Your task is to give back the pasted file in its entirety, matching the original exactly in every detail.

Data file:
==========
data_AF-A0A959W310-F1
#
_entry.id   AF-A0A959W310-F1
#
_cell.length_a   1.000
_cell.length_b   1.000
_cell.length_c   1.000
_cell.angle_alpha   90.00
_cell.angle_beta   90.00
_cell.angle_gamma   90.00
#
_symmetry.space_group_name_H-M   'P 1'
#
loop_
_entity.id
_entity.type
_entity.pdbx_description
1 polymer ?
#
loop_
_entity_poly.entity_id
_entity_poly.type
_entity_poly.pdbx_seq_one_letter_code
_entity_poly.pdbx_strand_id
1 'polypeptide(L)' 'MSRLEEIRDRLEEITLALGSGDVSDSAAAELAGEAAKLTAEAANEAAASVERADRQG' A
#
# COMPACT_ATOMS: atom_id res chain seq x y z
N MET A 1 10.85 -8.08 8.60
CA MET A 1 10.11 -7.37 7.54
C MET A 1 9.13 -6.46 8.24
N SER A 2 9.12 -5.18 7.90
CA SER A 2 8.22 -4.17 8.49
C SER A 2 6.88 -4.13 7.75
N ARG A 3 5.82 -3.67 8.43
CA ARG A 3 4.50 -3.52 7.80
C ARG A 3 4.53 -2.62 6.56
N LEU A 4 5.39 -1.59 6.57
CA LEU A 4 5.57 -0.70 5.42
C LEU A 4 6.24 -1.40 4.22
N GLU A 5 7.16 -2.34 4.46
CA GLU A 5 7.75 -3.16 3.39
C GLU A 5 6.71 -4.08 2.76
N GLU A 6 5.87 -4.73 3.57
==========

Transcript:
data_AF-A0A959W310-F1
#
_entry.id   AF-A0A959W310-F1
#
_cell.length_a   1.000
_cell.length_b   1.000
_cell.length_c   1.000
_cell.angle_alpha   90.00
_cell.angle_beta   90.00
_cell.angle_gamma   90.00
#
_symmetry.space_group_name_H-M   'P 1'
#
loop_
_entity.id
_entity.type
_entity.pdbx_description
1 polymer ?
#
loop_
_entity_poly.entity_id
_entity_poly.type
_entity_poly.pdbx_seq_one_letter_code
_entity_poly.pdbx_strand_id
1 'polypeptide(L)' 'MSRLEEIRDRLEEITLALGSGDVSDSAAAELAGEAAKLTAEAANEAAASVERADRQG' A
#
# COMPACT_ATOMS: atom_id res chain seq x y z
N MET A 1 10.85 -8.08 8.60
CA MET A 1 10.11 -7.37 7.54
C MET A 1 9.13 -6.46 8.24
N SER A 2 9.12 -5.18 7.90
CA SER A 2 8.22 -4.17 8.49
C SER A 2 6.88 -4.13 7.75
N ARG A 3 5.82 -3.67 8.43
CA ARG A 3 4.50 -3.52 7.80
C ARG A 3 4.53 -2.62 6.56
N LEU A 4 5.39 -1.59 6.57
CA LEU A 4 5.57 -0.70 5.42
C LEU A 4 6.24 -1.40 4.22
N GLU A 5 7.16 -2.34 4.46
CA GLU A 5 7.75 -3.16 3.39
C GLU A 5 6.71 -4.08 2.76
N GLU A 6 5.87 -4.73 3.57